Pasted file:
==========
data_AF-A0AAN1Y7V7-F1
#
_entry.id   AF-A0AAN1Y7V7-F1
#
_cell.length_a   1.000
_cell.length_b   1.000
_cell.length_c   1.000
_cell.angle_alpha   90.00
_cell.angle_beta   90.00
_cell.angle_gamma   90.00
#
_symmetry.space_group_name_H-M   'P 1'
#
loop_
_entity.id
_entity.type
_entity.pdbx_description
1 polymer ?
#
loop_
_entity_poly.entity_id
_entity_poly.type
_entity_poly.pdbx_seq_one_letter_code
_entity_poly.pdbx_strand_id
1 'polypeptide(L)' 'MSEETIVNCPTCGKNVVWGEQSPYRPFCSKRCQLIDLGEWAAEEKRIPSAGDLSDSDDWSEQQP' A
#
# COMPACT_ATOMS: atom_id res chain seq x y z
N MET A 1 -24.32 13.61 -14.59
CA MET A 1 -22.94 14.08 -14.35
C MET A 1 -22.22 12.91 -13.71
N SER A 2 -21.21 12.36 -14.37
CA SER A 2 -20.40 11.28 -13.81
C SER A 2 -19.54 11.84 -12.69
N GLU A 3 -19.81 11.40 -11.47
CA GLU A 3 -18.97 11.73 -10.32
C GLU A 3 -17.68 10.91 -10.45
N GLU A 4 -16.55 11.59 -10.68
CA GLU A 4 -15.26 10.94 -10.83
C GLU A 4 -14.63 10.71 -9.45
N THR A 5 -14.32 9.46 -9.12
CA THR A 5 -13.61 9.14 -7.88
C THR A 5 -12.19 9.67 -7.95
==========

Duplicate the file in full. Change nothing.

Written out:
data_AF-A0AAN1Y7V7-F1
#
_entry.id   AF-A0AAN1Y7V7-F1
#
_cell.length_a   1.000
_cell.length_b   1.000
_cell.length_c   1.000
_cell.angle_alpha   90.00
_cell.angle_beta   90.00
_cell.angle_gamma   90.00
#
_symmetry.space_group_name_H-M   'P 1'
#
loop_
_entity.id
_entity.type
_entity.pdbx_description
1 polymer ?
#
loop_
_entity_poly.entity_id
_entity_poly.type
_entity_poly.pdbx_seq_one_letter_code
_entity_poly.pdbx_strand_id
1 'polypeptide(L)' 'MSEETIVNCPTCGKNVVWGEQSPYRPFCSKRCQLIDLGEWAAEEKRIPSAGDLSDSDDWSEQQP' A
#
# COMPACT_ATOMS: atom_id res chain seq x y z
N MET A 1 -24.32 13.61 -14.59
CA MET A 1 -22.94 14.08 -14.35
C MET A 1 -22.22 12.91 -13.71
N SER A 2 -21.21 12.36 -14.37
CA SER A 2 -20.40 11.28 -13.81
C SER A 2 -19.54 11.84 -12.69
N GLU A 3 -19.81 11.40 -11.47
CA GLU A 3 -18.97 11.73 -10.32
C GLU A 3 -17.68 10.91 -10.45
N GLU A 4 -16.55 11.59 -10.68
CA GLU A 4 -15.26 10.94 -10.83
C GLU A 4 -14.63 10.71 -9.45
N THR A 5 -14.32 9.46 -9.12
CA THR A 5 -13.61 9.14 -7.88
C THR A 5 -12.19 9.67 -7.95